The living spaces form the centre, with the two courtyards on either side. Rooms are laid around the core, with each area having openings on at least two walls for natural cross ventilation. Folding doors and sliding partitions allow seamless flow of spaces for the small house to function flexibly.
Small terraces are pulled into the house, flowing out from either side of the central living spaces into the twin courts to serve as small gardens floating mid-air. Dense plantations on the multiple terraces and the rooftop adds a soft layer of screening in the constructed volume and aids in creating privacy in a compact space which is opened out to three out of its four sides.
Materials that age gracefully over time have been used to keep the construction process honest and simple with an attention to a high degree of artisanal craftsmanship. Crafted details like stained glass windows and reclaimed doors are inserted into the new construction of exposed brick, cast in-situ terrazzo floors and planked concrete slabs to imbue it with a traditional yet modern narrative.
Given the nature of the project, it uses more of indigenous technologies and skills such as silicon coating for the exposed brick facade. Rainwater harvesting, solar heating and high degree of software technology was used to study passive energy planning for the house. The entire rooftop is green as an urban farm with a garden and vegetable patch planted for use by the owners.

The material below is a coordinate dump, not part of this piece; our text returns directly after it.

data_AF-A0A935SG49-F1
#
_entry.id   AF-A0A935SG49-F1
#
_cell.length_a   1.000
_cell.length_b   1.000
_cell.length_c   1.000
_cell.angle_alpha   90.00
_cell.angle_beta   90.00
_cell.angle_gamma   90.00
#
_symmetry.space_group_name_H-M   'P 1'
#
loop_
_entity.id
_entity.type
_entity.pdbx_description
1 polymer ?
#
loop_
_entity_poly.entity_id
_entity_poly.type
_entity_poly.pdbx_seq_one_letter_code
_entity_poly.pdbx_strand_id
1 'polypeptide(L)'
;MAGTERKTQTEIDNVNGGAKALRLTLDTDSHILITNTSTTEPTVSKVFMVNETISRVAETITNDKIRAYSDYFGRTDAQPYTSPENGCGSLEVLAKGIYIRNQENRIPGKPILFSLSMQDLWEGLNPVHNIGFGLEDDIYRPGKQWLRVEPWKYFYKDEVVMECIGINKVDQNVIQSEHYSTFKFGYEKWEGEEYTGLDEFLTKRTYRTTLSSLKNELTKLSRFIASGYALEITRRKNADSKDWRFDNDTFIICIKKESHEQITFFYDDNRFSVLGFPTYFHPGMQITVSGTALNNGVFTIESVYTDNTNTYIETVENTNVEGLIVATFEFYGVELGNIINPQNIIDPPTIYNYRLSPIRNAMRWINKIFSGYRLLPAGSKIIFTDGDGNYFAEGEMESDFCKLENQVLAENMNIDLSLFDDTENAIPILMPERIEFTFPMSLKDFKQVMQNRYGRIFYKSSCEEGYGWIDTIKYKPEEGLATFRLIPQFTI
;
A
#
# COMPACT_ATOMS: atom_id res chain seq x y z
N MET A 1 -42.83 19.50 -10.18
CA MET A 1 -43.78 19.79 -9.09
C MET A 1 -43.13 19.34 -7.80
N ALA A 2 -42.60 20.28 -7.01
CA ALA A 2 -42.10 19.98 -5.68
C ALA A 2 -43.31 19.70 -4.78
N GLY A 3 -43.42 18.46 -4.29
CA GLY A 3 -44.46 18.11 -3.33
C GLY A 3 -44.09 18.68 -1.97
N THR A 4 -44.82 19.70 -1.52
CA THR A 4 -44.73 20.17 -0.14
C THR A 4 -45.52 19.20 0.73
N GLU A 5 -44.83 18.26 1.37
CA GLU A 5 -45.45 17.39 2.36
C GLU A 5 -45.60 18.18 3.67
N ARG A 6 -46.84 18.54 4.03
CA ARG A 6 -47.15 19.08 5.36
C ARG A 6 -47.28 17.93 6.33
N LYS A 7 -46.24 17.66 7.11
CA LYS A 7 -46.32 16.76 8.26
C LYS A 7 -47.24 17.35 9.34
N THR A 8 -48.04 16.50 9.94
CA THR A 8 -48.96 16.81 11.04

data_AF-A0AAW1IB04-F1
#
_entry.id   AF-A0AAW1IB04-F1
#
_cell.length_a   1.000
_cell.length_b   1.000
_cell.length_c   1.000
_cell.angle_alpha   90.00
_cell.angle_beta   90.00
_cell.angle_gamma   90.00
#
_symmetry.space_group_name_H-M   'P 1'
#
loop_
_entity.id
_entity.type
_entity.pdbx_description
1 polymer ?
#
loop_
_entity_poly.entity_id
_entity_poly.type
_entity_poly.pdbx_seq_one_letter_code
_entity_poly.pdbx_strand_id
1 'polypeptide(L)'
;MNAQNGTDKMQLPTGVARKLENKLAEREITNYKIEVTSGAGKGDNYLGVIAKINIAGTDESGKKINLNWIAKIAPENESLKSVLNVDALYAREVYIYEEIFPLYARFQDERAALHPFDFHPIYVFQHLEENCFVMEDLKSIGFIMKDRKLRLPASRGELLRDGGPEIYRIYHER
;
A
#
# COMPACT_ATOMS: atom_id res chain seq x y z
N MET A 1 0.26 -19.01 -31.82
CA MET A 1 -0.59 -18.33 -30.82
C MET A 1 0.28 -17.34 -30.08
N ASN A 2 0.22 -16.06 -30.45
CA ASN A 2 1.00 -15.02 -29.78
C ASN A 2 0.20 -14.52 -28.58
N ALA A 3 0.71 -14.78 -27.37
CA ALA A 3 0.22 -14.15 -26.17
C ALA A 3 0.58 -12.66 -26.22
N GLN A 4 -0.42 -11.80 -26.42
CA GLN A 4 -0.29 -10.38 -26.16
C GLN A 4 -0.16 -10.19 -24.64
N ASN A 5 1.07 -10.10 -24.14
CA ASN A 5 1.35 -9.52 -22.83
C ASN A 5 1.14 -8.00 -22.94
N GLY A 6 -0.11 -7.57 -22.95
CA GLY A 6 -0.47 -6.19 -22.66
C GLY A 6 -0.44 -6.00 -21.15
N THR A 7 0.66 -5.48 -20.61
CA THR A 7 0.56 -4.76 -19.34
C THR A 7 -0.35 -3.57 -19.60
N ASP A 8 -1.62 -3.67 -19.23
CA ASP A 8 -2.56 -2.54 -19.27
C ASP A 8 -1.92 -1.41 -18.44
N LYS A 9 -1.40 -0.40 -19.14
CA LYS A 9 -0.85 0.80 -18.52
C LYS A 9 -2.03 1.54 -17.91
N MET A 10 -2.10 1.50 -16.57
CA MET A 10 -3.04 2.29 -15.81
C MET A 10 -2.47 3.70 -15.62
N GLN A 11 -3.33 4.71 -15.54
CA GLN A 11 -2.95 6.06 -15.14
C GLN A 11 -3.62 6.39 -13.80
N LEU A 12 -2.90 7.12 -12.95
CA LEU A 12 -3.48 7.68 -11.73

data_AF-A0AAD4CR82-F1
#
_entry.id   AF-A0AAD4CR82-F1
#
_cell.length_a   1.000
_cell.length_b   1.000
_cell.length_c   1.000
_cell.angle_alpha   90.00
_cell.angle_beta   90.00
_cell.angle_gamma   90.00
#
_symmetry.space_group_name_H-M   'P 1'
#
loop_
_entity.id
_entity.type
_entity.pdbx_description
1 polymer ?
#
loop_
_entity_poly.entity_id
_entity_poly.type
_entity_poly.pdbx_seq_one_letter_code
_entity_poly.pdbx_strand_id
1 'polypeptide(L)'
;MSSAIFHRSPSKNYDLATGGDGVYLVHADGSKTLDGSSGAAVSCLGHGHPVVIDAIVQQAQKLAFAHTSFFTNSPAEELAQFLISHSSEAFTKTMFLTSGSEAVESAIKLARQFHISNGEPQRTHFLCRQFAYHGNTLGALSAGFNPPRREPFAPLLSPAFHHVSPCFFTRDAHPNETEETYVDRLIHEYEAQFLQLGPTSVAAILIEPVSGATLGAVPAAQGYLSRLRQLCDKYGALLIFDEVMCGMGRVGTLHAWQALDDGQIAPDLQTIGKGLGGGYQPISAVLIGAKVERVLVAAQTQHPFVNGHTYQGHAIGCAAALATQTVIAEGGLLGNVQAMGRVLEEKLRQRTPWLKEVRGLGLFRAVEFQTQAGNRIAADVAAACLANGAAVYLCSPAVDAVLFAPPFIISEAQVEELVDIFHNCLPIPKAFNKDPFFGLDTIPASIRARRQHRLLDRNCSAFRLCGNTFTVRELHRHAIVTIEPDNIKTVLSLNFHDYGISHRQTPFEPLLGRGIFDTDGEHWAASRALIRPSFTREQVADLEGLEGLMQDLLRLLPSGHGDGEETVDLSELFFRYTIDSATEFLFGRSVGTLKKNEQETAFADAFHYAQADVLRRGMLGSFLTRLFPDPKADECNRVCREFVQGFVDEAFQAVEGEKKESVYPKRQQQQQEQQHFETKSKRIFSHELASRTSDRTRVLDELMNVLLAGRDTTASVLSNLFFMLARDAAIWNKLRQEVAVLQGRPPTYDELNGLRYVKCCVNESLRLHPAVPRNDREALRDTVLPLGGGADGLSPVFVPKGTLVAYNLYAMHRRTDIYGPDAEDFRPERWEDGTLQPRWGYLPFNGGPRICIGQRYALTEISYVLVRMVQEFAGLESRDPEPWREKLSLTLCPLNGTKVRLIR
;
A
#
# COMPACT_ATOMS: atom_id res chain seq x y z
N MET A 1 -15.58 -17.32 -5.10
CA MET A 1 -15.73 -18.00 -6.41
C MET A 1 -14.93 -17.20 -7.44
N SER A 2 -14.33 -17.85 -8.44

DESIGN IMPACT - Meticulous attention has ensured that the total constructed cost of the house stands at just under USD 500 per sqm. Since moving in, the families have not yet needed to install curtains in their light-filled spaces except for their bedrooms!
In a nation driven by money being spent on ostentatious expressions of expensive materials and vestigial details on home facades with deplorable living conditions inside – the understated yet unique expression of the house has invited a huge amount of interest among the neighbourhood. As residents and small developers, they come in to understand how relatively small investments could achieve a much higher “quality of life”, hopefully redefining at a “local” level on how design can add value without any added cost.
Suneet Mani Aiyar
Sidhartha Talwar, Ambrish Arora, Hussain Mehdi, Apoorv Kaushik
Studio Lotus is an award-winning multi-disciplinary design practice that believes in delivering enriching design solutions through a value-driven process empowering all stakeholders and the environment. It was founded in 2002 by Ambrish Arora, Ankur Choksi and Sidhartha Talwar.
Working in a highly collaborative environment, its 60-strong team combines distinct strengths over multiple domains to shape master plans, buildings, interiors & design schemes at the cutting edge of design thinking.
The Studio’s work is grounded on the principles of Conscious design, an approach that celebrates local resources, cultural influences, a keen attention to Detail and an inclusive process. The firm follows an iterative and incremental methodology of innovation and roots its learning in history and local context. It aims to craft solutions that are benchmarks of sustainable design in the way it can address society’s changing ways of living and working.